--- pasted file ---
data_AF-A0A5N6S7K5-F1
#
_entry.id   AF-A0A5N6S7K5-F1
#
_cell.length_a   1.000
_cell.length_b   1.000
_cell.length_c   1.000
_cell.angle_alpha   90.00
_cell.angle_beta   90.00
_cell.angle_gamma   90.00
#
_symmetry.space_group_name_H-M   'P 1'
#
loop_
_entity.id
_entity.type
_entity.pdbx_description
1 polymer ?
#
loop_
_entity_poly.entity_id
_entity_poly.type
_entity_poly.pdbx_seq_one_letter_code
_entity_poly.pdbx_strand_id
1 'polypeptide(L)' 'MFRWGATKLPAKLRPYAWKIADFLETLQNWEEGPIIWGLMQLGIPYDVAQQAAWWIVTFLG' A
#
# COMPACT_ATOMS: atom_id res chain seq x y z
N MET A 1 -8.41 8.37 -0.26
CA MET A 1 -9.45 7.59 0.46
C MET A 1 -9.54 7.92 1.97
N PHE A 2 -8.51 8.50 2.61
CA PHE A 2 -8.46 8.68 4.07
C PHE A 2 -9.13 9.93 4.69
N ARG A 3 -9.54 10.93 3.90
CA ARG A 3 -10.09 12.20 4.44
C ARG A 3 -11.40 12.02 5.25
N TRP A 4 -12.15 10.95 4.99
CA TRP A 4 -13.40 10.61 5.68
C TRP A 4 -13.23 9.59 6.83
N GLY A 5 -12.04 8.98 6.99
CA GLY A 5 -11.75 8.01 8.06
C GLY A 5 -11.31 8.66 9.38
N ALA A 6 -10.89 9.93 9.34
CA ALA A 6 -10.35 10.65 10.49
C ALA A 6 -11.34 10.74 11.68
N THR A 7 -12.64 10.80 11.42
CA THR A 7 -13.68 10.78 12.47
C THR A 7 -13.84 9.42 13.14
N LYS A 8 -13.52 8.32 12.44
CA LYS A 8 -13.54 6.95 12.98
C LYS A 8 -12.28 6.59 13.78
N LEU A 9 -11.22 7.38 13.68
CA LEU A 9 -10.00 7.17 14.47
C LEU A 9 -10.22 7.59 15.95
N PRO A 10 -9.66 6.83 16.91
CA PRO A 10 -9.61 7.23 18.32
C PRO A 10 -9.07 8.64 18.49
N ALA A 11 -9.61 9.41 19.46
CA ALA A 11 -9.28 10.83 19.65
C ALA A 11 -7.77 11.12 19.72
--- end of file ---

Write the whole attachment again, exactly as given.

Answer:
data_AF-A0A5N6S7K5-F1
#
_entry.id   AF-A0A5N6S7K5-F1
#
_cell.length_a   1.000
_cell.length_b   1.000
_cell.length_c   1.000
_cell.angle_alpha   90.00
_cell.angle_beta   90.00
_cell.angle_gamma   90.00
#
_symmetry.space_group_name_H-M   'P 1'
#
loop_
_entity.id
_entity.type
_entity.pdbx_description
1 polymer ?
#
loop_
_entity_poly.entity_id
_entity_poly.type
_entity_poly.pdbx_seq_one_letter_code
_entity_poly.pdbx_strand_id
1 'polypeptide(L)' 'MFRWGATKLPAKLRPYAWKIADFLETLQNWEEGPIIWGLMQLGIPYDVAQQAAWWIVTFLG' A
#
# COMPACT_ATOMS: atom_id res chain seq x y z
N MET A 1 -8.41 8.37 -0.26
CA MET A 1 -9.45 7.59 0.46
C MET A 1 -9.54 7.92 1.97
N PHE A 2 -8.51 8.50 2.61
CA PHE A 2 -8.46 8.68 4.07
C PHE A 2 -9.13 9.93 4.69
N ARG A 3 -9.54 10.93 3.90
CA ARG A 3 -10.09 12.20 4.44
C ARG A 3 -11.40 12.02 5.25
N TRP A 4 -12.15 10.95 4.99
CA TRP A 4 -13.40 10.61 5.68
C TRP A 4 -13.23 9.59 6.83
N GLY A 5 -12.04 8.98 6.99
CA GLY A 5 -11.75 8.01 8.06
C GLY A 5 -11.31 8.66 9.38
N ALA A 6 -10.89 9.93 9.34
CA ALA A 6 -10.35 10.65 10.49
C ALA A 6 -11.34 10.74 11.68
N THR A 7 -12.64 10.80 11.42
CA THR A 7 -13.68 10.78 12.47
C THR A 7 -13.84 9.42 13.14
N LYS A 8 -13.52 8.32 12.44
CA LYS A 8 -13.54 6.95 12.98
C LYS A 8 -12.28 6.59 13.78
N LEU A 9 -11.22 7.38 13.68
CA LEU A 9 -10.00 7.17 14.47
C LEU A 9 -10.22 7.59 15.95
N PRO A 10 -9.66 6.83 16.91
CA PRO A 10 -9.61 7.23 18.32
C PRO A 10 -9.07 8.64 18.49
N ALA A 11 -9.61 9.41 19.46
CA ALA A 11 -9.28 10.83 19.65
C ALA A 11 -7.77 11.12 19.72